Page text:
Want to make peace in the Middle East? First stop terror
Visiting with Palestinian leader Mahmoud Abbas in Bethlehem yesterday, President Trump shared a key insight. He noted that “Peace can never take root in an environment where violence is tolerated, funded and even rewarded.” As Trump seeks to end a conflict that has resisted the best efforts of each of his predecessors going back to Ronald Reagan, he’d be wise to keep these words in the forefront of his mind.
The only way that Trump can succeed where these others have failed is if he identifies the mistake they’ve made and avoid repeating it. While there’s plenty of blame to go around, there’s one clear lesson that emerges from the decades of failed peace efforts: so long as the Palestinians continue to support terrorism against Israel, they’ll never make the deep compromises that a peace deal requires.
From its earliest days, the fundamental premise behind the Israeli-Palestinian peace process was that the Palestine Liberation Organization (PLO) was finally ready to put down its guns, give up its dream of destroying Israel, and compromise. The process has failed because this premise has been false.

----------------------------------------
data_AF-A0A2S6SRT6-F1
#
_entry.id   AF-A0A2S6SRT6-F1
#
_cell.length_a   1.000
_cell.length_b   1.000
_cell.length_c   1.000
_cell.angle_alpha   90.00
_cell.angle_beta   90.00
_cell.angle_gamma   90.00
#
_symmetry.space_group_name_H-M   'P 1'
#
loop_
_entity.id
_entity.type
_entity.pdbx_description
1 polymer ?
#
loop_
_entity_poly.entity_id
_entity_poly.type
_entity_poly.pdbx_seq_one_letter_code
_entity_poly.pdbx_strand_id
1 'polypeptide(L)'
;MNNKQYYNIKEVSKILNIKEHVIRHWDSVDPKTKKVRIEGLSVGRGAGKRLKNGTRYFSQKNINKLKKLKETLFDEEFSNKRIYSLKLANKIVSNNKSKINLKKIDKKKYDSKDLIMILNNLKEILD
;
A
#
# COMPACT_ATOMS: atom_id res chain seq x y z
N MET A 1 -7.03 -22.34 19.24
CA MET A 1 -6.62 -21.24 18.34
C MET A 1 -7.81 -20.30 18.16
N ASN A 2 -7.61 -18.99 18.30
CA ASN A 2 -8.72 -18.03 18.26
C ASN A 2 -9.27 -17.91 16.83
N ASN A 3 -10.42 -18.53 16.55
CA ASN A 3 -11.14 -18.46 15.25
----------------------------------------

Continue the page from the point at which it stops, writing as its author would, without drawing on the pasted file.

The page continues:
It’s important to remember that American presidents up to and including Jimmy Carter refused to speak to the PLO. They rightly recognized that there was no point in a dialogue with a terrorist organization dedicated to Israel’s destruction. In 1988, President Reagan let it be known that he’d be willing to talk to the PLO if it renounced terror. So PLO leader Yasser Arafat called a press conference and said something that sounded like a renunciation of terror (accounts of what Arafat actually said vary). Reagan opened the promised dialogue.
Read More: Fox News